Brown: Accountability in police shootings

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Marcus Brown

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Accountability is a concept introduced to us at a young age. As one grows older and looks to the world, it becomes easier to come away with a contradictory notion to the concept. In an ideal world, actions have consequences that equate to the severity of the action, and they are levied against the party or parties responsible. However, as a black man, you learn fairly quickly that the scales of accountability are disproportionate and usually not in your favor. The killing of Tamir Rice in Cleveland and the settlement given to his family by the city of Cleveland is the quintessential example of this.

On Nov. 22, 2014, 12-year-old Tamir Rice was shot by police at a playground after the toy gun he was playing with was mistaken for a real one. Rice’s 14-year-old sister was tackled and handcuffed as she tried to rush to her wounded brother. Neither of the two first responding officers administered first aid, and Rice died the next day from his gunshot wounds. Neither officer were indicted, and as part of a $6 million settlement to Rice’s family, the city of Cleveland does not have to admit wrongdoing.

When speaking about the settlement, Stephen Loomis, the head of the Cleveland Police Patrolmen’s Association, said he hoped Rice’s family uses some of the money from the settlement on “educating the youth of the dangers of possessing a real or replica firearm.” That is to imply that a union representing the police should be telling the family of a child killed by the police to pay for an education on what could I only presume to be how best not be killed by the police.

Once again, we are brought back to the issue of accountability. If the police officers and the city of Cleveland are not culpable, then who is? Furthermore, doesn’t a $6 million settlement imply that somewhere along the line somebody did something wrong? Perhaps my worldview is skewed for believing that monetary punishment is an unusual stipulation for innocence. Or perhaps I am naïve for believing that the conversation is ever centered on innocence as opposed to the most cost-effective way of shifting accountability from those most deserving of consequences.

In an interview with Politico, Loomis said that “Tamir Rice was in the wrong” because he was a “12-year-old in an adult body.” Here, we see clearly the shifting of the scales. In this country, black skin makes you accountable for your actions and the actions done against you to such an extent that you can be believed guilty of your own murder. So what we are saying is that the police officer is not accountable because he allowed an irrational fear based on a faulty social construct to rationalize the killing of a child. Most importantly, we are saying a child is somehow responsible for the prejudices imposed upon him by a woefully misguided society for physiological and anatomical factors that were never in his control.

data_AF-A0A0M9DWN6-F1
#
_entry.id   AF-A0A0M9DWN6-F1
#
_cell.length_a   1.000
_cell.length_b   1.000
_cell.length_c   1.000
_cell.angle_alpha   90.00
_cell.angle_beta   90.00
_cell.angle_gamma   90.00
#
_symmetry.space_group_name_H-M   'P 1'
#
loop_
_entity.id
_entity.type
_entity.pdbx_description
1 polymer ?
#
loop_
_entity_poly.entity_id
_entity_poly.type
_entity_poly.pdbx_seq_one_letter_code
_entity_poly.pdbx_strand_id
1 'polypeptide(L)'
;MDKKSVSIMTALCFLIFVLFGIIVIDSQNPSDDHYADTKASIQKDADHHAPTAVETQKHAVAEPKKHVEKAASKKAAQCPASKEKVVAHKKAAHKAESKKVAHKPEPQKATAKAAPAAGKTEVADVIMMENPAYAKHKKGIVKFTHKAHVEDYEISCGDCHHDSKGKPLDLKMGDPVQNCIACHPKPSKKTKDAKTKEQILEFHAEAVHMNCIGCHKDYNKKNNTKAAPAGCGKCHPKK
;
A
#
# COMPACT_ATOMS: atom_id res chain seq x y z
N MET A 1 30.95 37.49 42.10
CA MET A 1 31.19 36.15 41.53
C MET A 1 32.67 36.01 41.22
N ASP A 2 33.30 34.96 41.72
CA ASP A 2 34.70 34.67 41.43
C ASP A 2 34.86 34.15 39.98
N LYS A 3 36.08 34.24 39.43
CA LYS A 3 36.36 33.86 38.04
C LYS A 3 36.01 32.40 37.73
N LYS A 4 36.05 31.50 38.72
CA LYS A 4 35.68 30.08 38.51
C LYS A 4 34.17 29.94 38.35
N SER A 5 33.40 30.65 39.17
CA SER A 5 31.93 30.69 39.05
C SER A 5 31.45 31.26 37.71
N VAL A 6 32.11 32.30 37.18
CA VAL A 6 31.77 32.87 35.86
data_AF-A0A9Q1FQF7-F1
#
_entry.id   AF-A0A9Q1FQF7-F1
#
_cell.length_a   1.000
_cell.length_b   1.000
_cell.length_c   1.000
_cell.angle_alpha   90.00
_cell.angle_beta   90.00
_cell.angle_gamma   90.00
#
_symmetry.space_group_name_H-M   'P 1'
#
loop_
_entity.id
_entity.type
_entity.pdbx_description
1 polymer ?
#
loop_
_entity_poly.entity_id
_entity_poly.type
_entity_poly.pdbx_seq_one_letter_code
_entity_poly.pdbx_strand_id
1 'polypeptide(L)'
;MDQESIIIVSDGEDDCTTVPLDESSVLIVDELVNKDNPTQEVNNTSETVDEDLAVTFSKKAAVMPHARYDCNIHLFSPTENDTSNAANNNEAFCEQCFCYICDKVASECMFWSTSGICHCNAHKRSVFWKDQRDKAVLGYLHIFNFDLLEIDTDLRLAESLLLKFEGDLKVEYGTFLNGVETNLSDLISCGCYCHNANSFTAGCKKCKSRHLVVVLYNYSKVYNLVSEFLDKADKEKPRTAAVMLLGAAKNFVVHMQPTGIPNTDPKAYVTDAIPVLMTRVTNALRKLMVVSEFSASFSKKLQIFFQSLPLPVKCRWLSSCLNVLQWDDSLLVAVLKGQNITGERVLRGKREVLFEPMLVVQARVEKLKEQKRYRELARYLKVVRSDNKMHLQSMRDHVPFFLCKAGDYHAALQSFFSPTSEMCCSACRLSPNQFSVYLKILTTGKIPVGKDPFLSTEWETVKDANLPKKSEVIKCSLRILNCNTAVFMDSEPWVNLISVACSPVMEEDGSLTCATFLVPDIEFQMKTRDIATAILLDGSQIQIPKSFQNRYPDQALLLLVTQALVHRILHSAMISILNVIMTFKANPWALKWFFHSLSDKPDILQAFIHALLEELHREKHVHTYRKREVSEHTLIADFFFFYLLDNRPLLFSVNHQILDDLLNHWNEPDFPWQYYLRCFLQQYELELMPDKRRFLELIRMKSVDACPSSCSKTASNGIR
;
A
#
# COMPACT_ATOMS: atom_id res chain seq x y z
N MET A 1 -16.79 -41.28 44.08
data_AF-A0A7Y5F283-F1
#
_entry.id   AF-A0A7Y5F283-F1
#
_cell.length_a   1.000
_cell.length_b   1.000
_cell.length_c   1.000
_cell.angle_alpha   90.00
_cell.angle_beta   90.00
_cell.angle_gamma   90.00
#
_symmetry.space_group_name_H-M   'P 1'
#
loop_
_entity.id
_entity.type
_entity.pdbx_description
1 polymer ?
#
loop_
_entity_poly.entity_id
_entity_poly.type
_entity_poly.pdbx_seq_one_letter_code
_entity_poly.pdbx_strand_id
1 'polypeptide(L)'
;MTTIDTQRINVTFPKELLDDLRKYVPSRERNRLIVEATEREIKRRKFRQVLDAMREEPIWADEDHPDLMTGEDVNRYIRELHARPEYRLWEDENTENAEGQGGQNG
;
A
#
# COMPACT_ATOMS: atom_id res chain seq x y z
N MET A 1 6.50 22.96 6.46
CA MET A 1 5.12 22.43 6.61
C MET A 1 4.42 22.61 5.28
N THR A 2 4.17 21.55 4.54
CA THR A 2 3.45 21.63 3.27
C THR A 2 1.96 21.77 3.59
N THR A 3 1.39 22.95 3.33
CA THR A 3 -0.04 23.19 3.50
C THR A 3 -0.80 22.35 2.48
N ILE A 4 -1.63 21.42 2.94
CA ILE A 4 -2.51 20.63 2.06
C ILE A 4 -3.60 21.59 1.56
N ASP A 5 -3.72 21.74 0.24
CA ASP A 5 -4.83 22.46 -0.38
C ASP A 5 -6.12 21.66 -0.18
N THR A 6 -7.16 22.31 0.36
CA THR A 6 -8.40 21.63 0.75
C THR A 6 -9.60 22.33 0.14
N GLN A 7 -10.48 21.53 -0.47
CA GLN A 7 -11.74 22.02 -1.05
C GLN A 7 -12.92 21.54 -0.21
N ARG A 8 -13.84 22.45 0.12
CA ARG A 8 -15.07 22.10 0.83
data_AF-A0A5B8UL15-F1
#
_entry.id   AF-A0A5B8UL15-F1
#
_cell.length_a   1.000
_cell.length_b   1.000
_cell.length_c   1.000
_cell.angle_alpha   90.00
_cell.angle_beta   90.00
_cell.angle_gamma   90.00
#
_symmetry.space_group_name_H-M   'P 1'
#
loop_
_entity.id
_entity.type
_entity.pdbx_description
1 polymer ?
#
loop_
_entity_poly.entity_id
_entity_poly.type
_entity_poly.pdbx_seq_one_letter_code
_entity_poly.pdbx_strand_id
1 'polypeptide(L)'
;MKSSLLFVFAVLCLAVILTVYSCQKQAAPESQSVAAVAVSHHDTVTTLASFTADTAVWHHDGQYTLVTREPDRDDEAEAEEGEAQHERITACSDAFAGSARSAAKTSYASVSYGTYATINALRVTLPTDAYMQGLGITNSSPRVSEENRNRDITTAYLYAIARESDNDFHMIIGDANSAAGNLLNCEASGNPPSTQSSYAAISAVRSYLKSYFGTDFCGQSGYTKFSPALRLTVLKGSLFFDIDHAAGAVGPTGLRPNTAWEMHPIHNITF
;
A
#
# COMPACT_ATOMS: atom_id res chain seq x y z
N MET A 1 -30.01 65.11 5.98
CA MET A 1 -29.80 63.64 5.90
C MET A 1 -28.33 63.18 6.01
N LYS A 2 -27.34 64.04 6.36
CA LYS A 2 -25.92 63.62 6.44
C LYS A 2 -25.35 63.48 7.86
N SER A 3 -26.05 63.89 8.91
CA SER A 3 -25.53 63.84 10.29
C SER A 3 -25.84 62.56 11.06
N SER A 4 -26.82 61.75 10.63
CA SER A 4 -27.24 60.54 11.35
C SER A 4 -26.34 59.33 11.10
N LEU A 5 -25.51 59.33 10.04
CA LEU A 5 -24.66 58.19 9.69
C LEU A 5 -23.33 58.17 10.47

In all of this it seems to have been forgotten that the officer made the choice to pull the trigger, but Tamir Rice did not choose his body. It was given to him in the same way we are all given the freewill to decide what we deem to be right and wrong. It is the privilege to make choices that necessitate accountability, and it is the responsibility for those of us that make those choices to be accountable for them.

So when I read and reread articles about police shootings of unarmed black men and children, because Tamir Rice was a child, it becomes clear that the concept of accountability has become misconstrued and warped beyond recognition. Despite the court’s rulings, someone was found guilty. Despite the city being able to avoid admitting wrongdoing, someone was held accountable.

When the family was paid a multimillion-dollar settlement, someone paid for that. The only problem is that it wasn’t the truly guilty party.

 

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